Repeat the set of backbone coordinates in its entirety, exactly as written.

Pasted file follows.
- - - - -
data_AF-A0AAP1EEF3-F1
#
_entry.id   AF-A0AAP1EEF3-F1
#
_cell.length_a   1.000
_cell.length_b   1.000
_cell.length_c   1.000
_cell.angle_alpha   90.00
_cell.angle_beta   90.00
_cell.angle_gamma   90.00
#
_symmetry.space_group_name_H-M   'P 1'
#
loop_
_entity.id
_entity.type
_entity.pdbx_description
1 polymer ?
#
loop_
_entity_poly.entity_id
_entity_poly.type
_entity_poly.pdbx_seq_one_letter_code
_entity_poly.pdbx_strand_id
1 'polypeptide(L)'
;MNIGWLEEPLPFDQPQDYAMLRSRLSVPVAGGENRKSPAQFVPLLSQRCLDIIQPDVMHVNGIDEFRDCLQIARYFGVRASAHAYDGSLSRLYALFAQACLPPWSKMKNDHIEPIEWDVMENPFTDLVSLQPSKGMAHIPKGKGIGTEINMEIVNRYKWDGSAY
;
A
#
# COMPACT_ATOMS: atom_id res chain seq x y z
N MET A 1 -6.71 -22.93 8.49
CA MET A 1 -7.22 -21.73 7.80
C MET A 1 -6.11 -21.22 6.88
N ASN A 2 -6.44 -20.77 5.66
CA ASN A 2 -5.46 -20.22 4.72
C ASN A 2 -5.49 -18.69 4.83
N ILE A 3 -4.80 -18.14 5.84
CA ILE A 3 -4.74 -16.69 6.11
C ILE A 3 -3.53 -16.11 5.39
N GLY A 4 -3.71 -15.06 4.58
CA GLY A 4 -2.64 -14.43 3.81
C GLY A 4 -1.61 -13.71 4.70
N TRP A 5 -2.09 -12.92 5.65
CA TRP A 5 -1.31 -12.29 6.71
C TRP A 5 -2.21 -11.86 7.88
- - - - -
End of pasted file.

data_AF-A0AAP1EEF3-F1
#
_entry.id   AF-A0AAP1EEF3-F1
#
_cell.length_a   1.000
_cell.length_b   1.000
_cell.length_c   1.000
_cell.angle_alpha   90.00
_cell.angle_beta   90.00
_cell.angle_gamma   90.00
#
_symmetry.space_group_name_H-M   'P 1'
#
loop_
_entity.id
_entity.type
_entity.pdbx_description
1 polymer ?
#
loop_
_entity_poly.entity_id
_entity_poly.type
_entity_poly.pdbx_seq_one_letter_code
_entity_poly.pdbx_strand_id
1 'polypeptide(L)'
;MNIGWLEEPLPFDQPQDYAMLRSRLSVPVAGGENRKSPAQFVPLLSQRCLDIIQPDVMHVNGIDEFRDCLQIARYFGVRASAHAYDGSLSRLYALFAQACLPPWSKMKNDHIEPIEWDVMENPFTDLVSLQPSKGMAHIPKGKGIGTEINMEIVNRYKWDGSAY
;
A
#
# COMPACT_ATOMS: atom_id res chain seq x y z
N MET A 1 -6.71 -22.93 8.49
CA MET A 1 -7.22 -21.73 7.80
C MET A 1 -6.11 -21.22 6.88
N ASN A 2 -6.44 -20.77 5.66
CA ASN A 2 -5.46 -20.22 4.72
C ASN A 2 -5.49 -18.69 4.83
N ILE A 3 -4.80 -18.14 5.84
CA ILE A 3 -4.74 -16.69 6.11
C ILE A 3 -3.53 -16.11 5.39
N GLY A 4 -3.71 -15.06 4.58
CA GLY A 4 -2.64 -14.43 3.81
C GLY A 4 -1.61 -13.71 4.70
N TRP A 5 -2.09 -12.92 5.65
CA TRP A 5 -1.31 -12.29 6.71
C TRP A 5 -2.21 -11.86 7.88